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  Nitto Bosco Bar, Cromo dullbrite 55cm x 25.4 - 16240


Made in: Japan

product code: HB10

BOSCO BAR, crmo 55cm x 25.4 --- (note a small number of the 550mm width bars were incorrectly marked w580 at the factory and the white label on the plastic bag says w550 - measure the bars you get to confirm the bar width before returning them if you think we sent you the wrong thing - sorry for the confusion!)

This is our fourth handlebar to the first three: Drops (Noodle and Mark’s), Moustache H’bar, Albatross. I/Grant am totally against massive selection and the confusion and choice paralysis it leads to, so for us to enter a new bar, it has to complement, not hugely overlap the others. In a selection of four good handlebars, some overlap is inevitable, but a new bar has to have something unique that, not always, but sometimes, makes tons of sense.

Here’s how it’s different:
Higher rise even than Albatross bar. Grip is about four inches above the grip—almost twice as high as the Albatross grip. If you find the Albatross grip plenty high enough, don’t give the Bosco Bar points for being even higher.
It comes back a lot. Way back. So far back that it’s probably too much retreat for a normal road bike, but could be ideal for a mountain bike.
It’s straight on each side of the stem, so you get a good, natural time-trial position (also good for fast riding anywhere). The Bullmoosey version has its own built-in stem, but the V-part still allows a good grip.

Here’s its best use:
- Longish top tube bikes and upright riding. Mountain bike conversions to supa-comfee cruisers.
- Making too-small bikes fit and feel better. Know somebody---maybe your girlfriend or wife---who (like my wife used to) still “holds” the handlebar with her fingertips? The Bosco Bar will fix that instantly.
- If you have one of those iBert child seats and you find yourself awkwardly reaching about the child, this bar will fix that, too.

Here are some set-up tips:

Start with the grip part angled slightly down. Hey, about seven degrees or so. Don’t measure it. Try that, and raise or lower to suit.
If you like the height and straight part but don’t like or need or want the grand amount of retreat, then cut off some. If you want to cut off some bar and use bar-end shifters, get the cromo 55cm, that one has a constant bar-end compatible diameter. Keep enough room for a grip, brake lever, shifter, bell—whatever you want to fit onto the straight part.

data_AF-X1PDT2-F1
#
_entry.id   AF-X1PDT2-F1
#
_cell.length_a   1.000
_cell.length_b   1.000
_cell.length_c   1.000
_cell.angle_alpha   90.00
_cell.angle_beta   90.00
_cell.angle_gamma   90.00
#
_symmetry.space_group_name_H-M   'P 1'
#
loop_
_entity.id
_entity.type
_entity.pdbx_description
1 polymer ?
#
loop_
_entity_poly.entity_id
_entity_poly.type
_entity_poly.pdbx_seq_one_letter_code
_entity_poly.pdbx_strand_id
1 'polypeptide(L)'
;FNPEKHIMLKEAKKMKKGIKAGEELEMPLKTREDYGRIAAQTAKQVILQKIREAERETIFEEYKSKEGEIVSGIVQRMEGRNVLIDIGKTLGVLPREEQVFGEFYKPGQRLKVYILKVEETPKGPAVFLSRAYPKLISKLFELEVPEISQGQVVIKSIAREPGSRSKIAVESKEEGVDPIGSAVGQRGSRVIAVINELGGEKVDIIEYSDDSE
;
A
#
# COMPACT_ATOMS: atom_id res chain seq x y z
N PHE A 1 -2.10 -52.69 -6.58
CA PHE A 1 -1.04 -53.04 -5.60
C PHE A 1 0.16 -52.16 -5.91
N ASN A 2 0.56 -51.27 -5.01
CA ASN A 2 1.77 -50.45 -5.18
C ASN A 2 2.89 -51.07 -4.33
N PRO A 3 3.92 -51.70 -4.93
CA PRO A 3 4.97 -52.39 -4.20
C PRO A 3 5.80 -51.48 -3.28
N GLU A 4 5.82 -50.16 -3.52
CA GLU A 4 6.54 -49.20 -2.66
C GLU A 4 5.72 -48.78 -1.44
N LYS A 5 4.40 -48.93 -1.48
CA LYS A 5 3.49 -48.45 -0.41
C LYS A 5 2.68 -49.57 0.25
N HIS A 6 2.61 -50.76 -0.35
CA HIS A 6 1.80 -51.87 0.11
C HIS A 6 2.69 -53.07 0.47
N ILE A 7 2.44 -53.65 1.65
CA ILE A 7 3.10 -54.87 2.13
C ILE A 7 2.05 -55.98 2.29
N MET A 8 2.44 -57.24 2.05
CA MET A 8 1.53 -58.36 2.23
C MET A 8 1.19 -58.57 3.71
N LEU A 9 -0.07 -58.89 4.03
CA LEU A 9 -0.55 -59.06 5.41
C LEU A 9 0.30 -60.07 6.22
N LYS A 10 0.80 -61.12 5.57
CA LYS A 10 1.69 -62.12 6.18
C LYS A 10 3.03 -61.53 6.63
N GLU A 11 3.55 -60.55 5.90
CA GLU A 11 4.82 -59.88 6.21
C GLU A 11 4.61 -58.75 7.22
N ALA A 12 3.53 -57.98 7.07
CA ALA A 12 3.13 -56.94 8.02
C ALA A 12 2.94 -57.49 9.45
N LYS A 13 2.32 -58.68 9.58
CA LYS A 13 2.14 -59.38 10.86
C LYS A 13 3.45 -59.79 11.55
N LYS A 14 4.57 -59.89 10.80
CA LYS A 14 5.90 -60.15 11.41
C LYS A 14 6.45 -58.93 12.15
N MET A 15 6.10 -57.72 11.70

Consider shortening the grip to hand-size, then shifting the brake lever back to butt against the grip. This lengthens the upper grip area in front of the brake lever (or shifter, too, if you have that there). Even with a non-shortened grip, you have a really good second hand position. But a shortened grip makes it true “full hand”, and you may like that.

If you have cork grips, you have at least two shortening options:

Knife way: Slide grips onto handlebar. Grab with hand, mark where to cut, and cut with a sharp knife. You won’t do a perfect job, but it’ll be good enough. Mark the cut-off area with tape first? As you wish.

Grinding wheel way: Yep, grind away the cork on a wheel.

The Bosco Bar is a wonderful bar. It makes even the most uncomfortable bikes comfortable---really. It’s transforming. It’s not magic, it’s not the material, it’s not design genius, it’s just the higher, close grip. It’s the most multi-position handlebar we’ve used. The wide one has 39 inches of USABLE & EXCELLENT hand space. Every grip is natural (err…gonomic).

And like all of our bars (except the Dove), it's bar-end shifter compatible.

Here’s how you decide which variant, if any:

If you are a woman or city rider, go for the cromo 55 or alu 52. It’s wide enough and fits between parked cars and traffic with 3cm more clearance than the 58cm. The 55 is only 1.5cm narrower per side. Sounds like a little, but it’s more than half an inch, and that’s big enough for something to hurt. Besides, the 1.5cm narrower per side is noticeable. A narrower bar slows steering, a wider one speeds it up, and the diff btw 55 and 58 is noticeable, but not enough to make one good and the other bad.

If you’re a guy or an open roads and trails rider, get the 58. The extra width is something you might not notice if all we had was the 55, but since we have the 58, go for it—-if you’re a trails-riding, open road-ridin’ guy.

Get the aluminum 58 if you are tempted to ask the weight difference. Get the CrMo if you don’t care about the few-ounces weight difference, and want o save a few $ or so.